Medieval Constructions in Gender and Identity: Essays in Honor of Joan M. Ferrante

Medieval Constructions in Gender and Identity: Essays in Honor of Joan M. Ferrante

Edited by Teodolinda Barolini (Columbia University )
2006 | 196 + viii pp. | 4 ills. | 978-0-86698-337-2 | Hardcover 6 x 9 in
MRTS 293 | $41 | £33 |

Out of Print.

Contributed by ten distinguished scholars — Joan Cadden, Anne L. Clark, Margaret Aziza Pappano, Susan L. Einbinder, Roy Rosenstein, Laura Kendrick, H. Wayne Storey, Sarah Spence, Suzanne Conklin Akbari, and Teodolinda Barolini — the essays in this volume address medieval constructions in gender and identity. Sharing an interest in women and identity formation, these essays range through time, covering the period from the tenth through the fifteenth century, and across languages, discussing sources in Latin, Italian, French, Occitan, English, and Hebrew. They range also through a variety of cultural settings: from nunneries in Germany, Italy, France, and England to a Jewish community in France; from the Provence of the troubadours and the England of Chaucer to the Florentine scribal circles in which Dante’s Vita nuova was copied. Joan M. Ferrante’s pioneering contribution to the history of women and their representation is a connecting thread through this volume of essays commissioned in her honor.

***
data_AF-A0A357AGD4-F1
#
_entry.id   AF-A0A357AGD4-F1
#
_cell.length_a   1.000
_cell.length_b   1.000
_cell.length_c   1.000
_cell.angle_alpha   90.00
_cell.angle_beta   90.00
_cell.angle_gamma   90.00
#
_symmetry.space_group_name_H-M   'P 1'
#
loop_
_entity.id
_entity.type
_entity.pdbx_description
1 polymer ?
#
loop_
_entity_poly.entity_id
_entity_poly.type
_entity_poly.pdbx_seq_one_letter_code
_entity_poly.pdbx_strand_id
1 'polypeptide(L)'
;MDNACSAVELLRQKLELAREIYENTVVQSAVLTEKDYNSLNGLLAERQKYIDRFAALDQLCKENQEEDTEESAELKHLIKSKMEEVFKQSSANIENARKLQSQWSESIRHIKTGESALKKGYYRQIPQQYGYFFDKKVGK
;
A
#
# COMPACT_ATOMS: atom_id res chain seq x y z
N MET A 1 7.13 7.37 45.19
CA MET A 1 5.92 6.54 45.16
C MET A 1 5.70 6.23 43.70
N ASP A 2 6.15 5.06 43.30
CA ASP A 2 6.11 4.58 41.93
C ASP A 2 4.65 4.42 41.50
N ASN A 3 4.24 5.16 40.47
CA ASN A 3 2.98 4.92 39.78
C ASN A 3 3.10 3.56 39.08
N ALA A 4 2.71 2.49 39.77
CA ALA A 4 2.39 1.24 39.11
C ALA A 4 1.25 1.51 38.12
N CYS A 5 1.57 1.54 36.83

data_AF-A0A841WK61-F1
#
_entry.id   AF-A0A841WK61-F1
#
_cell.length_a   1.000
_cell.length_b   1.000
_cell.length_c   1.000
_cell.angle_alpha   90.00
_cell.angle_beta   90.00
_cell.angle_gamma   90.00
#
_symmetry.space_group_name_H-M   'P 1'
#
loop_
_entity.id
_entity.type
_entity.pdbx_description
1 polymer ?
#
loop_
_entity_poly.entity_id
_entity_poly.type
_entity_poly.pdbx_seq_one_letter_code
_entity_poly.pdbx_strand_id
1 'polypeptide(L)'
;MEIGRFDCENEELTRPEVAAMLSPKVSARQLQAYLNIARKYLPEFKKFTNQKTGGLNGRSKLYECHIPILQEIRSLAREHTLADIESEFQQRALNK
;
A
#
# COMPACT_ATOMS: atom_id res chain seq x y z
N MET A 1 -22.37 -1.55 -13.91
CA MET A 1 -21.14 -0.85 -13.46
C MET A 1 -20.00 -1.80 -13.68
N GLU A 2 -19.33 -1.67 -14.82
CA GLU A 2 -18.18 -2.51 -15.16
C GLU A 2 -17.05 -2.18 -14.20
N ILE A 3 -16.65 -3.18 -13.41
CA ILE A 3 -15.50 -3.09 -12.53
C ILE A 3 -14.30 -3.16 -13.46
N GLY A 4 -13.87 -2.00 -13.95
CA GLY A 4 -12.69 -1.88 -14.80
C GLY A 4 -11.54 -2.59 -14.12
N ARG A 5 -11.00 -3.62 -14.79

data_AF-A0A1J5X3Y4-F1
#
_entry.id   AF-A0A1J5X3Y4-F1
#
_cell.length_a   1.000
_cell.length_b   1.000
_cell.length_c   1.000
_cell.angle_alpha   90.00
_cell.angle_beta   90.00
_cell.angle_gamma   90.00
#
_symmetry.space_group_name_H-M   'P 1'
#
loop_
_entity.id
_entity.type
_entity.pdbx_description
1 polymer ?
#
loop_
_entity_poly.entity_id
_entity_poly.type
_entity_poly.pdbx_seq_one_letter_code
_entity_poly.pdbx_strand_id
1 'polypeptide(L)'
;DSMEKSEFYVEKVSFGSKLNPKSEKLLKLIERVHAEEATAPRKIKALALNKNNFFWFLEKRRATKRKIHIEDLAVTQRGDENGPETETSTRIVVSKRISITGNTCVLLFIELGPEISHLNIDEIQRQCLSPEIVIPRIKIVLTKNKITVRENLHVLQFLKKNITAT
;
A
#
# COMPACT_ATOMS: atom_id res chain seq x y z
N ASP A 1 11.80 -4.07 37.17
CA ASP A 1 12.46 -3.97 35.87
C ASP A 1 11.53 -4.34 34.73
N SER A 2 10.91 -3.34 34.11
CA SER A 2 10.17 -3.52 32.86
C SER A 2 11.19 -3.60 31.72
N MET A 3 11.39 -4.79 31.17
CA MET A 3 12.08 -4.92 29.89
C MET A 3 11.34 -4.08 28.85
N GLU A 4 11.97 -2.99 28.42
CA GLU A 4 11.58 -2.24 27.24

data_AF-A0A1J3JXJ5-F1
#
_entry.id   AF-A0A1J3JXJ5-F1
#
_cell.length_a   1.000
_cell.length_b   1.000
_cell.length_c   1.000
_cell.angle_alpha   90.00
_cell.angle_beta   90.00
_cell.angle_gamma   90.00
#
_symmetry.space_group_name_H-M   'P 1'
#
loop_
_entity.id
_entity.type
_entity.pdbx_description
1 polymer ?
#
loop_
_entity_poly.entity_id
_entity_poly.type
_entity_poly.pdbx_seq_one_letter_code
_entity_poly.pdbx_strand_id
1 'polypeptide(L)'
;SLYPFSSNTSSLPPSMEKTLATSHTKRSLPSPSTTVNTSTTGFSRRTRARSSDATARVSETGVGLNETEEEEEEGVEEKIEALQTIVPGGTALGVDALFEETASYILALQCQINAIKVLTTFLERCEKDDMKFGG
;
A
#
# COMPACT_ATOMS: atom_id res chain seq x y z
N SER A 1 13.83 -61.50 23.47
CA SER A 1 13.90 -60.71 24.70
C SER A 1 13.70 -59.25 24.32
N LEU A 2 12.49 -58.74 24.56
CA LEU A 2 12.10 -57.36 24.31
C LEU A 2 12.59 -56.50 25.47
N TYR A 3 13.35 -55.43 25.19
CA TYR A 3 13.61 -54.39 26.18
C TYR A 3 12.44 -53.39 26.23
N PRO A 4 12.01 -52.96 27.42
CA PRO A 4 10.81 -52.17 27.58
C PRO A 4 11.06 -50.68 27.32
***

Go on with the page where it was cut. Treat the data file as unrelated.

Joan Ferrante has been a leading scholar in a variety of fields associated with the study of comparative medieval literature, most particularly Dante studies and the study of medieval women in literature. The collection of essays by Dr. Ferrante’s former students both honors the breadth of her scholarship and offers significant contributions to the fields in which her work has been so innovative. The collection is especially valuable in advancing knowledge and understanding of medieval women.
— David Raybin, Eastern Illinois University